Source: Auckland Council
Mayor Phil Goff and the council’s Parks, Arts, Community and Events committee today acknowledged the passing last week of Jackie Chatelanat.
Jackie, together with her late husband Pierre, gifted the people of New Zealand the 843ha property on the Kaipara Harbour which is now known as Atiu Creek Regional Park.
“To come to this country with a determination that you were going to give this land to the country of your adoption is a very special thing to have done.
“Today we pay tribute to Jackie who recently passed away but also to her late husband Pierre for their vision; for their contribution; for their service to our city,” says Mayor Phil Goff.
Pierre and Jackie approached the ARC in 2005 to offer their farm – just 20 minutes west of Wellsford – as a regional park, entrusted to the council to look after, so that all New Zealanders might enjoy unrivalled access to the Kaipara.
Upon arriving New Zealand to farm on the Kaipara in 1951, Pierre already had a vision of improving the land, building a magnificent sheep and cattle station and then giving it back.
He continued to work with the United Nations Food and Agriculture Organisation, specialising in food research and bringing relief to famine-ravaged countries, and kept a close eye on the development of his farm from wherever he was abroad. It was during this time that he met Jackie and later, when they finished their work with the UN, they both moved to the Tapora property.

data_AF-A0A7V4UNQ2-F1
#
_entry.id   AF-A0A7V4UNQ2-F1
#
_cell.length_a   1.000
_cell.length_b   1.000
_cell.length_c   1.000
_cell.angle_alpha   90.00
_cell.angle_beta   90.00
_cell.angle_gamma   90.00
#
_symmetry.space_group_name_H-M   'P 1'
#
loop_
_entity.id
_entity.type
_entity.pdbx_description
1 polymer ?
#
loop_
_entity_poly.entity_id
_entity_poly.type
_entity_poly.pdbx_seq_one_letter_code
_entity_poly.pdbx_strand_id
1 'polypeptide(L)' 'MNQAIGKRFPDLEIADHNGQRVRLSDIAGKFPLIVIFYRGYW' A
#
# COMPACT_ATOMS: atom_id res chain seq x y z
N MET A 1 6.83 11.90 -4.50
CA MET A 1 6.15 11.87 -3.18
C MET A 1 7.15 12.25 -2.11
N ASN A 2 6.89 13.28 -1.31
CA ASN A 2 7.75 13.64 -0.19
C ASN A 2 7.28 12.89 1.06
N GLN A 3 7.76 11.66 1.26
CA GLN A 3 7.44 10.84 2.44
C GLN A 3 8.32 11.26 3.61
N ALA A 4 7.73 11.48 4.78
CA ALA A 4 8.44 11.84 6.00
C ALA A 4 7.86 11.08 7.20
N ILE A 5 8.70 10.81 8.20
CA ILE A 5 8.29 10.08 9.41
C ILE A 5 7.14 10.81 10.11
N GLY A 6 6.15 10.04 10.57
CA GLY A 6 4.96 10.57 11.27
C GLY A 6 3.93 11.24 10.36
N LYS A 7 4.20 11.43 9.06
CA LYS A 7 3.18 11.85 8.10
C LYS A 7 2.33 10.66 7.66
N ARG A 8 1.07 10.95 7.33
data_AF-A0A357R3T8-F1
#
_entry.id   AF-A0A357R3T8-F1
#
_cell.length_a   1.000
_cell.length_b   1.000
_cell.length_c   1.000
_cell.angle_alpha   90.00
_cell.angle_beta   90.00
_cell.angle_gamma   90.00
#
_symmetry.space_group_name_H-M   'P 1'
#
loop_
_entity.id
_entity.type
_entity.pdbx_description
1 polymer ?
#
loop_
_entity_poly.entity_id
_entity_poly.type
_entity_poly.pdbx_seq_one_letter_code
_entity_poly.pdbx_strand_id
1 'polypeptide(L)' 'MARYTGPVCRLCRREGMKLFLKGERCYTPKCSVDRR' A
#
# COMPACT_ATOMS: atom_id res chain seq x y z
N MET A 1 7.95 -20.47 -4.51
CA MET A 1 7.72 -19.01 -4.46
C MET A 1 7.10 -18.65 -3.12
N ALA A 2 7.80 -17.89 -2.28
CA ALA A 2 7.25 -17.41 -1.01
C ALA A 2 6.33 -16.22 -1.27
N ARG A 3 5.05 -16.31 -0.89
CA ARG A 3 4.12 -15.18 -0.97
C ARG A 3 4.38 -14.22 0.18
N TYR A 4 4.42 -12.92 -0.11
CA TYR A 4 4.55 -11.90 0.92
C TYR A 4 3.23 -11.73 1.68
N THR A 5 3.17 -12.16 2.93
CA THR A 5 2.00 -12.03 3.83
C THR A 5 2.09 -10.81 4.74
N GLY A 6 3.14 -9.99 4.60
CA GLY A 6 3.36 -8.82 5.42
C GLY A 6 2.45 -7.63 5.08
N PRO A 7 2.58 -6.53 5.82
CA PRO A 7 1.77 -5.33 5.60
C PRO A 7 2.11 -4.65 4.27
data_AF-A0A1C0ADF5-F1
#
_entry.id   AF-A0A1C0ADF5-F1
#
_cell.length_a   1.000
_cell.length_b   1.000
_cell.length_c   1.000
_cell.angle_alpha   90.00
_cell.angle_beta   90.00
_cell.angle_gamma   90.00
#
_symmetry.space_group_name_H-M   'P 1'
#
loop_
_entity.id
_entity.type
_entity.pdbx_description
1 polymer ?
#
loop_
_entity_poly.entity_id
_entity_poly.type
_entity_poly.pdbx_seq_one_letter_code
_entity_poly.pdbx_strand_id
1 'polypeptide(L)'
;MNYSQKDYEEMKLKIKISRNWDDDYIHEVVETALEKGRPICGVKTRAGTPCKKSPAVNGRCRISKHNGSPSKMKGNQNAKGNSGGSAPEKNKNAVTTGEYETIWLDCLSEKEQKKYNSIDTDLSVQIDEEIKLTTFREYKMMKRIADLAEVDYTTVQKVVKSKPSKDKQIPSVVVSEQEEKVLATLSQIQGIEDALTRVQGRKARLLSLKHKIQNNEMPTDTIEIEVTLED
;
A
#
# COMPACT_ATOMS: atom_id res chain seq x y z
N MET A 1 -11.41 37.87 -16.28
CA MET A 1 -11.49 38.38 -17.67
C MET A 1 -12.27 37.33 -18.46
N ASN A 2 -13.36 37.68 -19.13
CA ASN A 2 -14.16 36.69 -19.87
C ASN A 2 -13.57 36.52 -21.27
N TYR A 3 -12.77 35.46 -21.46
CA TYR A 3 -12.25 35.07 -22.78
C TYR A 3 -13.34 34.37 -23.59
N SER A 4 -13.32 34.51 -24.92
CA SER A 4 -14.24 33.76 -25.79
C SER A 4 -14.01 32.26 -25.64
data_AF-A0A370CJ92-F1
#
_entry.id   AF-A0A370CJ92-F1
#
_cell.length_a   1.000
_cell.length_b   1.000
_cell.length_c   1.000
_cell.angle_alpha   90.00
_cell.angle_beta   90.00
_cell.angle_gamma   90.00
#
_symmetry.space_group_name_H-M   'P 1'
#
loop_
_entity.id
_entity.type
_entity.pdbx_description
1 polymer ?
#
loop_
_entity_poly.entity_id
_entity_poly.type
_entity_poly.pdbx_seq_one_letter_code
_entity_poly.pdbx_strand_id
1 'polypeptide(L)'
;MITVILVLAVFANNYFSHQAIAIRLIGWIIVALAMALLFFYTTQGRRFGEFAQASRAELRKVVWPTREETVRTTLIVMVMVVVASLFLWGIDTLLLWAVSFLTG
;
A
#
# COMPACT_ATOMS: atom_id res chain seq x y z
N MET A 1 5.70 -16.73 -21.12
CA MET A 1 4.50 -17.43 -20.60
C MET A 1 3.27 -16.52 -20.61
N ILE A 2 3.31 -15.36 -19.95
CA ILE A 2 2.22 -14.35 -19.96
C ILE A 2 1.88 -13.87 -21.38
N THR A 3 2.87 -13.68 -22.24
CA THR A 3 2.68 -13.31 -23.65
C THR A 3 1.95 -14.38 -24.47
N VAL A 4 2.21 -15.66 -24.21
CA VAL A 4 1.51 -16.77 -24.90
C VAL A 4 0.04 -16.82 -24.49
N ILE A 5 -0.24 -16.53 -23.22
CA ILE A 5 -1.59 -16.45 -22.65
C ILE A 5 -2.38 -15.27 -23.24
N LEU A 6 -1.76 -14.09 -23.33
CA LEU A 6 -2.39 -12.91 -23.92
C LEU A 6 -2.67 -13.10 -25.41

Mace Ward, the council’s General Manager of Parks, Sports and Recreation, says Atiu Creek has a special place in the regional parks network.
“In terms of size, Atiu Creek is only rivalled by the Hunua and Waitakere ranges regional parks, which means that it offers visitors an opportunity to truly immerse themselves in a large expanse of open space on the Kaipara Harbour.
“Since first meeting Pierre and Jackie more than 15 years ago, council rangers and staff, local iwi and the community of the Taporapora peninsula have worked to achieve their vision – something we’ve been very proud to do.
“Pierre and Jackie were incredibly private people who only wanted to see their property turned into a public park. They refused publicity or widespread recognition but were delighted to see their property go from working farm to a countryside park humming with visitors,” says Mace.
Jackie gave few interviews but in a conversation with historian Graeme Murdoch in 2006, talked of her first impression of the farm in 1986. She expected, ‘… a few buildings and cows wandering around and a bit of a pond.’ But was surprised to encounter a beautifully planned model farm with a two kilometre driveway flanked by beautiful tall trees and green land that was more like a park than a farm.
Since it opened to the public in 2008, the council has carried out extensive pest management and native planting programmes; established a campground and made houses on the property available for public booking, hosted more than 1800 people at the Earthbeat festival and developed a wide range of recreational opportunities, including horse-riding which this countryside park is perfect for.
Visitors can stay in the Courtyard House where the Chatelanat’s lived on the property, even after it had opened as a regional park.
Pierre Chatelanat passed away in May 2018.